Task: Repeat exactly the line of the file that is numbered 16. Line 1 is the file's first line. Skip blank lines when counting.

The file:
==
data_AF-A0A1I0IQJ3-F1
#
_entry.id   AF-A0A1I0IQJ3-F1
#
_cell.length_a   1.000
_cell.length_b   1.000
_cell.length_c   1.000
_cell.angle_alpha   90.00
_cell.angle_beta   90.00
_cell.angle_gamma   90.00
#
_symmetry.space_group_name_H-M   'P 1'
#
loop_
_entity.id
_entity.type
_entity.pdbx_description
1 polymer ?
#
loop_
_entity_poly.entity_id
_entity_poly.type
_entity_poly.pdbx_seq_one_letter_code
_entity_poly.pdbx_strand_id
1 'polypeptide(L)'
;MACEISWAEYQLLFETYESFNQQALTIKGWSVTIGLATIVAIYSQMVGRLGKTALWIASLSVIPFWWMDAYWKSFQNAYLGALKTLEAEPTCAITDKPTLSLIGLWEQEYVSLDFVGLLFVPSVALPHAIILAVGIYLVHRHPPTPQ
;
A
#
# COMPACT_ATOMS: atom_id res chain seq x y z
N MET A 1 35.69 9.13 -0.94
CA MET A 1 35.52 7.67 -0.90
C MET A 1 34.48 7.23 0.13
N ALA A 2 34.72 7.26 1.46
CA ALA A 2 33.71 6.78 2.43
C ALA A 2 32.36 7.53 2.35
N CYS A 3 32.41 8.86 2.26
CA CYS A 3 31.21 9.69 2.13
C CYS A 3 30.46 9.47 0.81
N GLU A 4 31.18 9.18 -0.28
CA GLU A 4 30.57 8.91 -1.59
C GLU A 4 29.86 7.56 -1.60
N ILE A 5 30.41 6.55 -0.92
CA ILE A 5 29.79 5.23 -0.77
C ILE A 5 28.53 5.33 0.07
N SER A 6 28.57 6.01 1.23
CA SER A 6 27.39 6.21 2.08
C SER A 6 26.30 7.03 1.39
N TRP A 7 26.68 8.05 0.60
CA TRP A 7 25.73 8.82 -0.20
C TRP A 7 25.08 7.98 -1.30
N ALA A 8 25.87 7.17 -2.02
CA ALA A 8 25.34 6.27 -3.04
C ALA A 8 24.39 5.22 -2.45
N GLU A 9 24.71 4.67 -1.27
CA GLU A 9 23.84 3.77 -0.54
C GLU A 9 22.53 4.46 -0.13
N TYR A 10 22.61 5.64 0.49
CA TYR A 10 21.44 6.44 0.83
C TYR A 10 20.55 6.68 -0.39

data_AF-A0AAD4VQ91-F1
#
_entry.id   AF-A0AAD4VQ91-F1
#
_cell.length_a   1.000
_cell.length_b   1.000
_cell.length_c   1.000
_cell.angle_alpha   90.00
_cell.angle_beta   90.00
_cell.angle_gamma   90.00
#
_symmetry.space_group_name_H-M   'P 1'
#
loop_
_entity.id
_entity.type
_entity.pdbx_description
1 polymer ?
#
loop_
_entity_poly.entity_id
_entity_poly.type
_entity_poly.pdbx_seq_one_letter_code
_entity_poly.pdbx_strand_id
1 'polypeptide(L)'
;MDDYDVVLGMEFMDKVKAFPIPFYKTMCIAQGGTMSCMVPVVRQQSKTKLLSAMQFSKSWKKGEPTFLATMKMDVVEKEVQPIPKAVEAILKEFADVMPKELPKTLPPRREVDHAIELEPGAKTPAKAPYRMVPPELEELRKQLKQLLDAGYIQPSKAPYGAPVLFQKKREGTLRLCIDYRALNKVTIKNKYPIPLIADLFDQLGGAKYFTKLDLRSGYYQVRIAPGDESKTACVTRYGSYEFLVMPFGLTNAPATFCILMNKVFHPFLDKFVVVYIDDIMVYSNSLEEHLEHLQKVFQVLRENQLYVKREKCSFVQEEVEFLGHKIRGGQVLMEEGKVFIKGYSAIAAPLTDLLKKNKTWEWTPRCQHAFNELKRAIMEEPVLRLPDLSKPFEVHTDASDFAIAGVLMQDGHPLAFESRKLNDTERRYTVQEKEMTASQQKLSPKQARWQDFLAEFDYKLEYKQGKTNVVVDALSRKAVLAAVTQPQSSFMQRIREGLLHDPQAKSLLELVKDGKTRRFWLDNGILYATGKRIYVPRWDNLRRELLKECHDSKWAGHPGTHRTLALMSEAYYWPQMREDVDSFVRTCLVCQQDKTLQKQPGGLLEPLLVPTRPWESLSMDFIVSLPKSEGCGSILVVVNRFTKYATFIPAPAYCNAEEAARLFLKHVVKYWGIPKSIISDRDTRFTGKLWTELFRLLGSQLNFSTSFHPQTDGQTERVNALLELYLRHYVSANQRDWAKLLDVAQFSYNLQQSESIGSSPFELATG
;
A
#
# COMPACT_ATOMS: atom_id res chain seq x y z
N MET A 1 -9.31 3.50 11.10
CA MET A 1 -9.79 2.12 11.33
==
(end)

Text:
_entity.type